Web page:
But as I said before, most events fall somewhere in between.  If we don’t take good care of our health, we may die sooner than we otherwise might have, and as a result we may accomplish less for God in this world than we otherwise might have, although many other factors, including God’s sovereign working, would be at play to determine exactly how long we did live.  So I think we need to do everything that depends on us, as free moral agents, to make ourselves available to God for His purposes, for as long as we might live, through the choices we make.  Everything beyond that depends on God’s sovereignty, in ways we won’t always understand.

But I would certainly not consider God responsible for a person’s choice to take their own life, as if “their time had come” in God’s eyes and this was the means God used. Many of us have lost a loved one to suicide and it is always a tragedy over which God grieves very tenderly with us, never something that God plans or causes to happen.

 

Should I be looking for “God’s will for my life” in every decision?

Q.  Gary Friesen’s book Decision Making and the Will of God has profoundly impacted the way I think about God’s will. It argues that God has only a Sovereign Will (which is essentially unknowable) and a Moral Will, which is knowable, fully revealed in his Word, delineating what activity is acceptable to God. Within that Moral Will, God gives us the freedom, responsibility, and wisdom to make good choices.  Friesen criticizes the view that God also has an Individual Will for each person’s life, which they should constantly be trying to figure out by looking for signs of various kinds: “open doors,” “putting out a fleece,” etc.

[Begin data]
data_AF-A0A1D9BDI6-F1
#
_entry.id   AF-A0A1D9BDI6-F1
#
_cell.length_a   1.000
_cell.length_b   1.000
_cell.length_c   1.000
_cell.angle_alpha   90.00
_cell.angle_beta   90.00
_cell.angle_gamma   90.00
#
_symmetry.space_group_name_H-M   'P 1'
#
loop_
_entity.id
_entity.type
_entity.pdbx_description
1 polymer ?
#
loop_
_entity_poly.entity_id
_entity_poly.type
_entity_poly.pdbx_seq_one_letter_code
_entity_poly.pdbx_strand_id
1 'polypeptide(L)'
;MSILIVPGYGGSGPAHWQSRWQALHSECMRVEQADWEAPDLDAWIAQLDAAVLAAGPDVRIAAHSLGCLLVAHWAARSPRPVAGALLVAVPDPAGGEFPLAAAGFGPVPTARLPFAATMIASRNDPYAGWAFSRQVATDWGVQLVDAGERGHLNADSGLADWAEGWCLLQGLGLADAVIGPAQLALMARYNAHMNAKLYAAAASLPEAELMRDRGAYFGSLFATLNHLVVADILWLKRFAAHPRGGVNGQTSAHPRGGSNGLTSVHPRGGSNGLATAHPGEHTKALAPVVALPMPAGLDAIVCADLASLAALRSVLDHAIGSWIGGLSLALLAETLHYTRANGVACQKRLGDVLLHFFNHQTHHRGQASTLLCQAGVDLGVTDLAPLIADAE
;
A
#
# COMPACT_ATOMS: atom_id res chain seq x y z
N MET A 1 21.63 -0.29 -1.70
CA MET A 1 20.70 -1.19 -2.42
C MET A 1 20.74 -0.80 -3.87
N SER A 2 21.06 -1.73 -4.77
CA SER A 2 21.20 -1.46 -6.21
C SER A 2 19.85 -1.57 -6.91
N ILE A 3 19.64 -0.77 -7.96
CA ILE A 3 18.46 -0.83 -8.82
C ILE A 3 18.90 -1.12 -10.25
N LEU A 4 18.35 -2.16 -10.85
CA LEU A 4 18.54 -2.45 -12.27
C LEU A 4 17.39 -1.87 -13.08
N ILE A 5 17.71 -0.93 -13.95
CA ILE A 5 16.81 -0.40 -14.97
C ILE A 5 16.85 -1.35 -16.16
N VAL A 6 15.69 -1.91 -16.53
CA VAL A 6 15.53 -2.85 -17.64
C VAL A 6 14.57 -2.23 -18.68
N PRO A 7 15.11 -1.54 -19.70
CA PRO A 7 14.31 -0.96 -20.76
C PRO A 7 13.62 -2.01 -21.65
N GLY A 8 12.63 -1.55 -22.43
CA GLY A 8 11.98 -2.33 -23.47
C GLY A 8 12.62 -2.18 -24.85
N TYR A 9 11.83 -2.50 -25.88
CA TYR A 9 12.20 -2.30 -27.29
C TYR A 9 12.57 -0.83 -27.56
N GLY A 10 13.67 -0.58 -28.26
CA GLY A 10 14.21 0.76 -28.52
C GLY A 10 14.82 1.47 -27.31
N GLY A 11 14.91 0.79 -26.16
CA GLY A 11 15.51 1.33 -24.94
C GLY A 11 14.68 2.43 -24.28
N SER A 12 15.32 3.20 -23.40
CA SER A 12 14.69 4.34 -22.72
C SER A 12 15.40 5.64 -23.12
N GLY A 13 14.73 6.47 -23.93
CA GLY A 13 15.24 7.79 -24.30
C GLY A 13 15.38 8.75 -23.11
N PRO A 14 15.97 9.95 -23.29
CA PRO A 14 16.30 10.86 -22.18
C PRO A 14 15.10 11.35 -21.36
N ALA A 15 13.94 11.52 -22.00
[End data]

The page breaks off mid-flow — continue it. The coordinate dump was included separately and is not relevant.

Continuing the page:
I find this incredibly freeing, because one is then allowed to make choices within God’s Moral Will without a ton of extra stress. So long as we make the best choices we can and stay within God’s moral bounds, God backs us up and we can’t actually “miss his will.” This also means there isn’t always a “better and a best” for every decision; some things are actually equal alternatives.  

Do you find this to be a valid description of what the Bible teaches?

I read Friesen’s book myself some years ago when it was first published, but I will not attempt a review of it here.  Instead, I will try to respond to your question briefly.

When it comes to deciding what activities God wants us to pursue, I believe Jesus sets the ideal example.  In my study guide to the gospel of John, I describe how Jesus pursued what scholars often call “co-operation” with the Father.  Within the context of his overall life mission as he understood it, Jesus discerned where God was already at work and considered how he could join in. His classic statement of this approach was, “The Son can do nothing by himself; he can do only what he sees his Father doing, because whatever the Father does the Son also does. For the Father loves the Son and shows him all he does.”

In the study guide I give this example of “co-operation” at the wedding feast in Cana:

When the wine runs out, Jesus’ mother Mary asks him to help.  Jesus expects that the power of God will only be increasingly demonstrated through him as his “hour” draws near (meaning the time of his death as the Savior of the world).  But Mary’s persistent faith and implicit trust show that God is powerfully at work in this very moment.  Jesus performs a miracle . . .  This first sign reveals Jesus’ “glory”—not so much his miraculous powers, but his intimate relationship with God and his sensitivity to the work that God wants to do through him at each moment.